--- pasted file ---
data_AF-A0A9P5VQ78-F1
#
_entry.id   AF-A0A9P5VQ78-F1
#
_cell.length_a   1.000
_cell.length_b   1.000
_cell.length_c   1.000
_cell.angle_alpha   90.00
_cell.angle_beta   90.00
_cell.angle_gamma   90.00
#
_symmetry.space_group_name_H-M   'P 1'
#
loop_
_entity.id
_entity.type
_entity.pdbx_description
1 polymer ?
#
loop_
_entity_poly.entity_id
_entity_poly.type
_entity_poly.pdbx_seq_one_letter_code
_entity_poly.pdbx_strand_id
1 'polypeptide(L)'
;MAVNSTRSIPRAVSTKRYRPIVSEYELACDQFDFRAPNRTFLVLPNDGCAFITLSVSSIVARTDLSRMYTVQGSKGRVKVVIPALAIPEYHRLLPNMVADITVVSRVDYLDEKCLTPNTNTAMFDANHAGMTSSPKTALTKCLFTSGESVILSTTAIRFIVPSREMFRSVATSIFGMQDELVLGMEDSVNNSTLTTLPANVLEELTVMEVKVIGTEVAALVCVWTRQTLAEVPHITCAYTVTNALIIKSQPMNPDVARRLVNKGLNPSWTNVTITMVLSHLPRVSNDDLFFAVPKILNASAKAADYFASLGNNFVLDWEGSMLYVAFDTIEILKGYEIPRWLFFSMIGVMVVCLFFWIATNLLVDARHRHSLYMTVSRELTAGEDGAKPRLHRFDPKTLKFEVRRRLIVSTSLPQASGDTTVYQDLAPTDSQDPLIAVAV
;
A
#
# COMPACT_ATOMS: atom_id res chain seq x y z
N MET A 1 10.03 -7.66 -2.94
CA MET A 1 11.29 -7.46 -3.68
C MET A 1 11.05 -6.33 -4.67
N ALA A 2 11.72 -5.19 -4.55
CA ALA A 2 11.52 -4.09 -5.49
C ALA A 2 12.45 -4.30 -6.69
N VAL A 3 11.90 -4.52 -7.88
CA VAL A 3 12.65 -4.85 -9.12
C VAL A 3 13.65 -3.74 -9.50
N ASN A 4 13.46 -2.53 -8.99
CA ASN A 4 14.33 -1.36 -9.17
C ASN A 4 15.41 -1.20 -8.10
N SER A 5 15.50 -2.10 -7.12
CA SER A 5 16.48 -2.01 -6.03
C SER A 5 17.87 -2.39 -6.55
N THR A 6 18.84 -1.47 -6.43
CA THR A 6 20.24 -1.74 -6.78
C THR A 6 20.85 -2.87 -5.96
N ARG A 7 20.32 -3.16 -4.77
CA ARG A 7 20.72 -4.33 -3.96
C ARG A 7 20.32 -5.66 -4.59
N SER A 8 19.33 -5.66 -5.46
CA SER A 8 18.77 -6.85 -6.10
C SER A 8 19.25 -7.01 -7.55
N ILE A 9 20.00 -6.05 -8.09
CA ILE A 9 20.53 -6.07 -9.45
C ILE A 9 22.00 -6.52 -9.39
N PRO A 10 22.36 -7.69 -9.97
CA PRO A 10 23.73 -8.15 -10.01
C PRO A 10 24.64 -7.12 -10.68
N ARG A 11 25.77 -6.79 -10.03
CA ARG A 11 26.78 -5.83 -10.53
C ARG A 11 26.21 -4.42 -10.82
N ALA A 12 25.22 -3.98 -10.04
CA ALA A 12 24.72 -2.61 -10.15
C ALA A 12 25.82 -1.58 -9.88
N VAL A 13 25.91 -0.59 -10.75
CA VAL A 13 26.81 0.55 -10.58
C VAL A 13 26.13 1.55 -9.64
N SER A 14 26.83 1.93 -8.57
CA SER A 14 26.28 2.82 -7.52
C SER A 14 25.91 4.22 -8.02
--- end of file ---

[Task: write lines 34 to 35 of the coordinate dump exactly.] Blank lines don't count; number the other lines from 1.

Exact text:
N ALA A 2 11.72 -5.19 -4.55
CA ALA A 2 11.52 -4.09 -5.49